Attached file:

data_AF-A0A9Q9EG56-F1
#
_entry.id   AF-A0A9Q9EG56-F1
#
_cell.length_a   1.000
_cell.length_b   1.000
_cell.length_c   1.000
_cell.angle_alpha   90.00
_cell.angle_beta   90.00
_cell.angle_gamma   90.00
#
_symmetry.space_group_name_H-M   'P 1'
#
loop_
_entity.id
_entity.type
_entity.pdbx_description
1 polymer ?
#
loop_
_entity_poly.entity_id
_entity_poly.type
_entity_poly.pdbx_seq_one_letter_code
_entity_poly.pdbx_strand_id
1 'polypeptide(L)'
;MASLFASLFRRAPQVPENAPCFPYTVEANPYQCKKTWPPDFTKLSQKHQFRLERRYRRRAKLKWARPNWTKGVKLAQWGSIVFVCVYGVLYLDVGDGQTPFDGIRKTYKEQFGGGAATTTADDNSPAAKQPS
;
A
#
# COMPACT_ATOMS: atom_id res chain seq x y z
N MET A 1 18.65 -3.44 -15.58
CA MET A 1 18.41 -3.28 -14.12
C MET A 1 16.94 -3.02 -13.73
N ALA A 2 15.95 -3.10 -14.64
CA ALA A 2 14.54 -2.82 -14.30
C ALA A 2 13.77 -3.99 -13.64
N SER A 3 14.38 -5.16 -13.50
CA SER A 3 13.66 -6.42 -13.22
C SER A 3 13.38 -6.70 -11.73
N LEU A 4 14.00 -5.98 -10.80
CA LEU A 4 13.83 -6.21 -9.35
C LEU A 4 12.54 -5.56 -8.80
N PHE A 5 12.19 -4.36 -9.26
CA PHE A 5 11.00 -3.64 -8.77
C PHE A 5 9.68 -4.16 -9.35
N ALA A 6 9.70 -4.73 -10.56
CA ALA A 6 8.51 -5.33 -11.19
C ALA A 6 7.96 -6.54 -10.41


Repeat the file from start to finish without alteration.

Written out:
data_AF-A0A9Q9EG56-F1
#
_entry.id   AF-A0A9Q9EG56-F1
#
_cell.length_a   1.000
_cell.length_b   1.000
_cell.length_c   1.000
_cell.angle_alpha   90.00
_cell.angle_beta   90.00
_cell.angle_gamma   90.00
#
_symmetry.space_group_name_H-M   'P 1'
#
loop_
_entity.id
_entity.type
_entity.pdbx_description
1 polymer ?
#
loop_
_entity_poly.entity_id
_entity_poly.type
_entity_poly.pdbx_seq_one_letter_code
_entity_poly.pdbx_strand_id
1 'polypeptide(L)'
;MASLFASLFRRAPQVPENAPCFPYTVEANPYQCKKTWPPDFTKLSQKHQFRLERRYRRRAKLKWARPNWTKGVKLAQWGSIVFVCVYGVLYLDVGDGQTPFDGIRKTYKEQFGGGAATTTADDNSPAAKQPS
;
A
#
# COMPACT_ATOMS: atom_id res chain seq x y z
N MET A 1 18.65 -3.44 -15.58
CA MET A 1 18.41 -3.28 -14.12
C MET A 1 16.94 -3.02 -13.73
N ALA A 2 15.95 -3.10 -14.64
CA ALA A 2 14.54 -2.82 -14.30
C ALA A 2 13.77 -3.99 -13.64
N SER A 3 14.38 -5.16 -13.50
CA SER A 3 13.66 -6.42 -13.22
C SER A 3 13.38 -6.70 -11.73
N LEU A 4 14.00 -5.98 -10.80
CA LEU A 4 13.83 -6.21 -9.35
C LEU A 4 12.54 -5.56 -8.80
N PHE A 5 12.19 -4.36 -9.26
CA PHE A 5 11.00 -3.64 -8.77
C PHE A 5 9.68 -4.16 -9.35
N ALA A 6 9.70 -4.73 -10.56
CA ALA A 6 8.51 -5.33 -11.19
C ALA A 6 7.96 -6.54 -10.41